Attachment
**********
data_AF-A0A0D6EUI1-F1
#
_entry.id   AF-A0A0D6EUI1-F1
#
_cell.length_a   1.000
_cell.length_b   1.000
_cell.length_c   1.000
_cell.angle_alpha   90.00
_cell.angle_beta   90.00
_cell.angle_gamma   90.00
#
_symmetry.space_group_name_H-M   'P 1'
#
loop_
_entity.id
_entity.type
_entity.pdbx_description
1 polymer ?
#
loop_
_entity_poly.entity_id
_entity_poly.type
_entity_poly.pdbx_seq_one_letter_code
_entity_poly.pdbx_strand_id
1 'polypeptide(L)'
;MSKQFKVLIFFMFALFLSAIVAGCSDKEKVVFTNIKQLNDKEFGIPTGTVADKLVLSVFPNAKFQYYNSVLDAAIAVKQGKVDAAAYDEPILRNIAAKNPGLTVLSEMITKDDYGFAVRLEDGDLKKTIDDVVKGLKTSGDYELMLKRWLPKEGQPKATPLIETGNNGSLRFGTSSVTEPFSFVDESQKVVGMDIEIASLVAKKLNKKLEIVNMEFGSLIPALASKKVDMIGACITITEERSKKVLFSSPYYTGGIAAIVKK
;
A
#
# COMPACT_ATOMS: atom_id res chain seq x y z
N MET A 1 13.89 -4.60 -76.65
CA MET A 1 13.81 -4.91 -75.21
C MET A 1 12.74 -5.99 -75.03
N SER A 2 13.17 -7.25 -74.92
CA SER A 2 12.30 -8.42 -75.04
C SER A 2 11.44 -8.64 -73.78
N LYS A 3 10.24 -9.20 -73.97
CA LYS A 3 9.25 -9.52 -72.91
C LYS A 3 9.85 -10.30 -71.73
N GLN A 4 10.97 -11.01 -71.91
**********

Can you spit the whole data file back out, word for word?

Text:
data_AF-A0A0D6EUI1-F1
#
_entry.id   AF-A0A0D6EUI1-F1
#
_cell.length_a   1.000
_cell.length_b   1.000
_cell.length_c   1.000
_cell.angle_alpha   90.00
_cell.angle_beta   90.00
_cell.angle_gamma   90.00
#
_symmetry.space_group_name_H-M   'P 1'
#
loop_
_entity.id
_entity.type
_entity.pdbx_description
1 polymer ?
#
loop_
_entity_poly.entity_id
_entity_poly.type
_entity_poly.pdbx_seq_one_letter_code
_entity_poly.pdbx_strand_id
1 'polypeptide(L)'
;MSKQFKVLIFFMFALFLSAIVAGCSDKEKVVFTNIKQLNDKEFGIPTGTVADKLVLSVFPNAKFQYYNSVLDAAIAVKQGKVDAAAYDEPILRNIAAKNPGLTVLSEMITKDDYGFAVRLEDGDLKKTIDDVVKGLKTSGDYELMLKRWLPKEGQPKATPLIETGNNGSLRFGTSSVTEPFSFVDESQKVVGMDIEIASLVAKKLNKKLEIVNMEFGSLIPALASKKVDMIGACITITEERSKKVLFSSPYYTGGIAAIVKK
;
A
#
# COMPACT_ATOMS: atom_id res chain seq x y z
N MET A 1 13.89 -4.60 -76.65
CA MET A 1 13.81 -4.91 -75.21
C MET A 1 12.74 -5.99 -75.03
N SER A 2 13.17 -7.25 -74.92
CA SER A 2 12.30 -8.42 -75.04
C SER A 2 11.44 -8.64 -73.78
N LYS A 3 10.24 -9.20 -73.97
CA LYS A 3 9.25 -9.52 -72.91
C LYS A 3 9.85 -10.30 -71.73
N GLN A 4 10.97 -11.01 -71.91